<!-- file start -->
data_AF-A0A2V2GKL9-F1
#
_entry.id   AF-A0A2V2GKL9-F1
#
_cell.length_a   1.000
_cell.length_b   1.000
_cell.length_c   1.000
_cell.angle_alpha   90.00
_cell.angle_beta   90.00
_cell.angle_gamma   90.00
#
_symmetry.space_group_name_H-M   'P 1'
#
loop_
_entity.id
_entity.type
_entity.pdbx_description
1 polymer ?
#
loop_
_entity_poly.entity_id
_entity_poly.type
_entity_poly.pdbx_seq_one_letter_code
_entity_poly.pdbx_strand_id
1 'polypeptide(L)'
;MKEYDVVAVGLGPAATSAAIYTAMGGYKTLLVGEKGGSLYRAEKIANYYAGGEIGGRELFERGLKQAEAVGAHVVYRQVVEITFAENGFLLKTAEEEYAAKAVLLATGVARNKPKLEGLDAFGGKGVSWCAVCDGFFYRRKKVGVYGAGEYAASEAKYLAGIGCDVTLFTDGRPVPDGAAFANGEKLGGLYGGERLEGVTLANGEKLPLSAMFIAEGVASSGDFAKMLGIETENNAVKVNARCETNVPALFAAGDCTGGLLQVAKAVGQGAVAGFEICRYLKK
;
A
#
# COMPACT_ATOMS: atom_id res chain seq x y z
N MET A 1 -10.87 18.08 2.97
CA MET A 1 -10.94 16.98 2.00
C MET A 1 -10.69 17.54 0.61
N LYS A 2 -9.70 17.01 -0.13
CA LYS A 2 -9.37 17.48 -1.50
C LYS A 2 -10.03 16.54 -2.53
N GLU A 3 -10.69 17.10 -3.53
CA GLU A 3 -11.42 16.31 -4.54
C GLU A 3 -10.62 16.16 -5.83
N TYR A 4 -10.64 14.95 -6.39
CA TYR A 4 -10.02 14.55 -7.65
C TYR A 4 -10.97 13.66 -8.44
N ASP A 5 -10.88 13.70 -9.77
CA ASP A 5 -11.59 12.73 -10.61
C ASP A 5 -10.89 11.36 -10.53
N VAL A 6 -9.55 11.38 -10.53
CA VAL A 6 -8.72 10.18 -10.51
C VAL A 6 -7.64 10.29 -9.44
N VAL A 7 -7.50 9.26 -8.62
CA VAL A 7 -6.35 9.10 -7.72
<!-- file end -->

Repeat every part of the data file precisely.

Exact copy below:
data_AF-A0A2V2GKL9-F1
#
_entry.id   AF-A0A2V2GKL9-F1
#
_cell.length_a   1.000
_cell.length_b   1.000
_cell.length_c   1.000
_cell.angle_alpha   90.00
_cell.angle_beta   90.00
_cell.angle_gamma   90.00
#
_symmetry.space_group_name_H-M   'P 1'
#
loop_
_entity.id
_entity.type
_entity.pdbx_description
1 polymer ?
#
loop_
_entity_poly.entity_id
_entity_poly.type
_entity_poly.pdbx_seq_one_letter_code
_entity_poly.pdbx_strand_id
1 'polypeptide(L)'
;MKEYDVVAVGLGPAATSAAIYTAMGGYKTLLVGEKGGSLYRAEKIANYYAGGEIGGRELFERGLKQAEAVGAHVVYRQVVEITFAENGFLLKTAEEEYAAKAVLLATGVARNKPKLEGLDAFGGKGVSWCAVCDGFFYRRKKVGVYGAGEYAASEAKYLAGIGCDVTLFTDGRPVPDGAAFANGEKLGGLYGGERLEGVTLANGEKLPLSAMFIAEGVASSGDFAKMLGIETENNAVKVNARCETNVPALFAAGDCTGGLLQVAKAVGQGAVAGFEICRYLKK
;
A
#
# COMPACT_ATOMS: atom_id res chain seq x y z
N MET A 1 -10.87 18.08 2.97
CA MET A 1 -10.94 16.98 2.00
C MET A 1 -10.69 17.54 0.61
N LYS A 2 -9.70 17.01 -0.13
CA LYS A 2 -9.37 17.48 -1.50
C LYS A 2 -10.03 16.54 -2.53
N GLU A 3 -10.69 17.10 -3.53
CA GLU A 3 -11.42 16.31 -4.54
C GLU A 3 -10.62 16.16 -5.83
N TYR A 4 -10.64 14.95 -6.39
CA TYR A 4 -10.02 14.55 -7.65
C TYR A 4 -10.97 13.66 -8.44
N ASP A 5 -10.88 13.70 -9.77
CA ASP A 5 -11.59 12.73 -10.61
C ASP A 5 -10.89 11.36 -10.53
N VAL A 6 -9.55 11.38 -10.53
CA VAL A 6 -8.72 10.18 -10.51
C VAL A 6 -7.64 10.29 -9.44
N VAL A 7 -7.50 9.26 -8.62
CA VAL A 7 -6.35 9.10 -7.72